Visualizing Density Investigating the density challenge facing the United States
Which photos represent "good" and which represent "bad" density?
This is for you to decide. The gallery is meant to provide an impartial view of various design approaches at various densities. We are not promoting one approach over another but demonstrating that there are many ways to design neighborhoods and meet density goals.
How were the sites selected?
We selected sites to represent diversity in density level, geography, development context, and design approach. We examined rural, exurban, suburban and urban settings to get a range of densities from less than a unit per acre to over a hundred. We grouped urban design approaches into three categories: historical (those built before widespread use of the automobile), conventional (subdivisions and planned-unit developments of post-war suburbs, interstate nodes and other recently developed areas), and neo-traditional (new construction in a historic pattern modified to current building practices) and photographed sites to represent each. The collection currently includes sites in the Northeast, Southeast, Midwest, Rocky Mountains, and California. It will feature neighborhoods in the Southwest and Northwest in the near future.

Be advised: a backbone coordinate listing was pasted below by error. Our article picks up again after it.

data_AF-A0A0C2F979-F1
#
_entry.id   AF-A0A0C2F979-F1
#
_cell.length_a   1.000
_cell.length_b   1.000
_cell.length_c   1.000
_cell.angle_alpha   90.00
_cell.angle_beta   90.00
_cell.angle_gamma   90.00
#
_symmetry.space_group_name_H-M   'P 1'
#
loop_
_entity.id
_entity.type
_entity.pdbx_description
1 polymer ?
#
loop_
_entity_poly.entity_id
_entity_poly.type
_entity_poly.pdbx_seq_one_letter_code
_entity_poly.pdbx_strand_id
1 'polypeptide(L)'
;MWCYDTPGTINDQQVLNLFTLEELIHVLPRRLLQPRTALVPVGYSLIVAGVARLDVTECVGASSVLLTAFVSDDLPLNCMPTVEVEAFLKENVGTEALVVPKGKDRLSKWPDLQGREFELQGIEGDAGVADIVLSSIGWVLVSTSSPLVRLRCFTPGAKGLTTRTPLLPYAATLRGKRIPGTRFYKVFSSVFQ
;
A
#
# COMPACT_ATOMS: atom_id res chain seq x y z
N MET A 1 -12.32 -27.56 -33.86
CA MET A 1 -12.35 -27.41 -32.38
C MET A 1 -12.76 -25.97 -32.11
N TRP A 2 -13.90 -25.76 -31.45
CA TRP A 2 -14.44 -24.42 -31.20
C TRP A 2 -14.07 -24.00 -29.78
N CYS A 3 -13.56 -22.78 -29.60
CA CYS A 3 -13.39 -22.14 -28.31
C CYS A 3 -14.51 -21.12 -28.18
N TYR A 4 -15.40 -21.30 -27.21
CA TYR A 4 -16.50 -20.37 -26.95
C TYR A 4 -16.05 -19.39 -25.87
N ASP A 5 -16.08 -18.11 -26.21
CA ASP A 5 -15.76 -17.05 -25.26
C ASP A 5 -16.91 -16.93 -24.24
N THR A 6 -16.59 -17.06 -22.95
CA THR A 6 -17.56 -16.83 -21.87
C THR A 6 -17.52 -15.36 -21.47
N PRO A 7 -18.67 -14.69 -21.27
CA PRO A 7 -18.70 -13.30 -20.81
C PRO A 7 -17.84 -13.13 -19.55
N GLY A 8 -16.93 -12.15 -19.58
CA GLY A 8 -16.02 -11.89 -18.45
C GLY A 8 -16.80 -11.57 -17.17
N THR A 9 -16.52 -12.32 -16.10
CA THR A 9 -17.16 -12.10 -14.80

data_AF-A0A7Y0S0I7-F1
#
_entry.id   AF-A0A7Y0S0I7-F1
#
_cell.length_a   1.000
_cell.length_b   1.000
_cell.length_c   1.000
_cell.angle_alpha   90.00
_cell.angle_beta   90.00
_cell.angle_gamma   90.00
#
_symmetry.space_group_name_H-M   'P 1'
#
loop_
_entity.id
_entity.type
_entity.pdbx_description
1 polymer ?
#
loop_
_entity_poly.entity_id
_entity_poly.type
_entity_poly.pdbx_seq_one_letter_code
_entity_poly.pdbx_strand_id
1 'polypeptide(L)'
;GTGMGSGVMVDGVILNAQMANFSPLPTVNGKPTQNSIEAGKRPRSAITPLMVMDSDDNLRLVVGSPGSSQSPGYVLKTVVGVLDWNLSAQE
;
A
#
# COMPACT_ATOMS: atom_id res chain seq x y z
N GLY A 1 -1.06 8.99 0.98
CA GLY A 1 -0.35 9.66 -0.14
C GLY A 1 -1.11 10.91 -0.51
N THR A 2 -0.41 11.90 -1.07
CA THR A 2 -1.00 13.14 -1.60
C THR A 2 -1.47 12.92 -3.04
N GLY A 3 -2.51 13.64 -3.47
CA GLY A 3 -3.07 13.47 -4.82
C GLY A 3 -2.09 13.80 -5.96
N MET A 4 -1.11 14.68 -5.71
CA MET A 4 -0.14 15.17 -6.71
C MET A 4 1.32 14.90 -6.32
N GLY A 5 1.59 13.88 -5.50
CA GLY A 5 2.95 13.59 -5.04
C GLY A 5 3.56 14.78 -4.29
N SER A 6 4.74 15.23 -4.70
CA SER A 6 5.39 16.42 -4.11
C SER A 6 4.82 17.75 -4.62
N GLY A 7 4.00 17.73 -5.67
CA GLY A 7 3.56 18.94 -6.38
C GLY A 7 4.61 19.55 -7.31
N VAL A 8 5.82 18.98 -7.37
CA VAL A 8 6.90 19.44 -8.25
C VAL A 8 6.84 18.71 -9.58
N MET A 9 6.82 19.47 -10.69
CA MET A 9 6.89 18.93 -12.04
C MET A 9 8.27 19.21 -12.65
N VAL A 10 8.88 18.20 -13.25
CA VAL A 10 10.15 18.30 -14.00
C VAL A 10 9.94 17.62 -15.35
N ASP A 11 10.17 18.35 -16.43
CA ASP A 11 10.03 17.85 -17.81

How was density measured for each site?
Using the 2000 Census and a street mapping software program, we measured the density in units per acre for each site. With online access to Census 2000 data, calculating density proved a relatively straightforward task (click here for a step-by-step description of the process). Once block level data were downloaded, we divided the number of housing units by the acreage of the selected areas to determine a unit per acre number.
What, exactly, is a "housing unit"?
A "housing unit" or "dwelling unit" provides living space for one household. It can be a single-family house or an apartment within a larger building. For example, a duplex is a single building that contains two housing units.
If good design is so important to creating better density, how does a community or developer pursue it?
This is a topic suitable for an entire course or conference and too detailed to address here. However, we can direct you to some other web sites, in which organizations have defined good design and how to attain it. You'll find lists of design principles, checklists, and strategies for achieving design quality.
What about all the other factors that affect the quality of life in dense neighborhoods?
This web site focuses on the physical design of density. Also crucial to the success of dense neighborhood are less tangible elements like economic security, quality schools, public safety, and public works. Design alone can't make great neighborhoods but it can help nurture the sense of community that does.